In an industry criticized for its widespread use of pesticides and fertilizers, New Malton Golf Club in Cambridgeshire, England is blazing the trail for a more sustainable breed of golf course. For the past year, the club has focused on achieving organic certification for its grounds from the Soil Association, according to The Independent. “We don’t use any pesticides and have been 100 percent chemical free for a year,” said New Malton’s co-owner Paul Stevenson. The course also employs a full-time ecologist and has experimented with a home-made mix of citric acid and sugar as a substitute for weed killer. Thus far, the club has been able to maintain high turf quality with its purely organic regimen.
Accompanying the club’s effort to eliminate the use of harmful chemicals is an irrigation approach that exclusively uses untreated water from the River Cam, which flows adjacent to the course. While nearly all courses use reclaimed irrigation water, most are forced to supplement with clean treated water, especially in hot, arid climates. New Malton’s ability to access the abundant and continuously flowing river water provides it with a more sustainable source of irrigation water.
In support of its mission, the club has also set aside more than 30 acres of native grassland areas that function as a habitat for numerous wildlife species including woodpeckers, kestrels, owls, pheasants, as well as many varieties of small mammals and insects. In the future, the owners plan to graze animals on the land, while also growing fruit and lavender. While adding to the golfing experience, the restored natural habitat could turn New Malton into a productive, multi-use landscape.
In addition to the obvious environmental benefits associated with going all-organic, the course has also been able to cut its maintenance budget by nearly £50,000 in less than a year, according to Royston Weekly News. “The good news is that doing it this way has given us massive savings,” said Stevenson. “In five years, our annual running costs for the greens will be as low as £5,000.”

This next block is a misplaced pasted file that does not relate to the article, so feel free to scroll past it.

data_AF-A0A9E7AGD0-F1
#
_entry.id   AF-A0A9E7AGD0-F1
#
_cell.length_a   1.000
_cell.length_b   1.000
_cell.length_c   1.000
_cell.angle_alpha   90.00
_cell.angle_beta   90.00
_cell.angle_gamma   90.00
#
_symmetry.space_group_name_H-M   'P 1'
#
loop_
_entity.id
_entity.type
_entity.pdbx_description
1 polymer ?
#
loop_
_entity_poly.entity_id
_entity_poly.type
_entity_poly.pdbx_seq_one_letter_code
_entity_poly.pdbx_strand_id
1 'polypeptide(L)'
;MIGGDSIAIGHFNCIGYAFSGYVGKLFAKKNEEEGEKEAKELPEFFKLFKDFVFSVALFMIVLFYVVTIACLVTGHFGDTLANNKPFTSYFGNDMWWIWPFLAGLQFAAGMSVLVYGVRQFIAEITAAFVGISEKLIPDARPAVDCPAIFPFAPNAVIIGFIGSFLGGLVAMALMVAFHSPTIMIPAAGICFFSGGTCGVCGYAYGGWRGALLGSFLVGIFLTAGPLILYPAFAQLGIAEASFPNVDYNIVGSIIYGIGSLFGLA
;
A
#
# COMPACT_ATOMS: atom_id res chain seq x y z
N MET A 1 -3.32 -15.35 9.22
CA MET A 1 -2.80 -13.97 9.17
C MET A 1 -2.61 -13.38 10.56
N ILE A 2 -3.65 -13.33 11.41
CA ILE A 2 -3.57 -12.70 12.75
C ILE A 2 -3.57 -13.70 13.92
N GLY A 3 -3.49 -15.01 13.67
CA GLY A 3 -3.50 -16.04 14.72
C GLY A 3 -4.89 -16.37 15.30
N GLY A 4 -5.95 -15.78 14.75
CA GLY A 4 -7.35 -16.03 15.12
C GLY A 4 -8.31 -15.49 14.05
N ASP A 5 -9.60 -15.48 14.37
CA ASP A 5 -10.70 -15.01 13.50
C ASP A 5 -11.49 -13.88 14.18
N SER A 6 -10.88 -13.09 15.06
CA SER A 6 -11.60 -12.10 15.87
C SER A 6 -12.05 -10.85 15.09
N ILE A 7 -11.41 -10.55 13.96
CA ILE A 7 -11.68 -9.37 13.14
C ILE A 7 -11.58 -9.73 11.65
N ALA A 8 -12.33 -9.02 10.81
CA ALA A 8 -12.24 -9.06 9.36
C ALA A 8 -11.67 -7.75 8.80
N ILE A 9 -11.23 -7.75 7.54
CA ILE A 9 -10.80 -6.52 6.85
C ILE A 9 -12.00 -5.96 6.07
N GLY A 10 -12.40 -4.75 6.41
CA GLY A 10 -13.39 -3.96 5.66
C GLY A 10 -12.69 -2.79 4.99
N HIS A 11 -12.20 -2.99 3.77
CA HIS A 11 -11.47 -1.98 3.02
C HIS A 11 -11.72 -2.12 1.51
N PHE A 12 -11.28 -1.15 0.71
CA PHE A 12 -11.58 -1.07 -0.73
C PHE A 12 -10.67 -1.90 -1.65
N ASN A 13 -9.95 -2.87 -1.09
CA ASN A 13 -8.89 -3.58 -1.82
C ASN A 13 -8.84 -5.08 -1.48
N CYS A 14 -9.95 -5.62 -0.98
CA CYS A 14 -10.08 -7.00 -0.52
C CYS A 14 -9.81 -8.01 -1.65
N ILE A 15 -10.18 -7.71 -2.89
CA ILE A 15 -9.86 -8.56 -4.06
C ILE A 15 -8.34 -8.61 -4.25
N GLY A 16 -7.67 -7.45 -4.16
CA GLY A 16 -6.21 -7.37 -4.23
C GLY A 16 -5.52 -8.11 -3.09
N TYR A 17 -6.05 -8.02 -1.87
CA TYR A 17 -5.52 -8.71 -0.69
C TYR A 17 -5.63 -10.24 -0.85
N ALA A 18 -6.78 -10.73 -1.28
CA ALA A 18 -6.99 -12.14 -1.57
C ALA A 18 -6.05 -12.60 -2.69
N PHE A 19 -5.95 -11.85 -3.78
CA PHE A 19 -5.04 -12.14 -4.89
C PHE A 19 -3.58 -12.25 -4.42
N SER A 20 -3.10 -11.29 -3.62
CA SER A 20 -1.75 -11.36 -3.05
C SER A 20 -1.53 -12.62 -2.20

Skeptics question whether the course will be able to maintain playable turf over a long period of time without the use of chemicals. Courses are often invaded by various forms of Fusarium fungus, which produce white rings on the turf and make it more susceptible to disease. Others question whether organic courses are marketable. “We are fighting a marketing trend towards lusher, greener and more manicured courses – stimulating golfers to want to play on what they see on TV,” said Jonathan Smith, chief executive of the Golf Environment Organization. In its early stages, however, New Malton’s success seems to be quieting the critics.
Also, check out The New York Times’ report on the Vineyard Golf Course in Martha’s Vineyard, a course viewed as the only “completely organic” one in the U.S., “its 18 holes groomed without the use of a single synthetic pesticide, fertilizer, herbicide or other artificial chemical treatment.”
This guest post is by Matt Busa, ASLA 2010 advocacy and communications intern.
Image credit: Golf ball in rough / Wikipedia Commons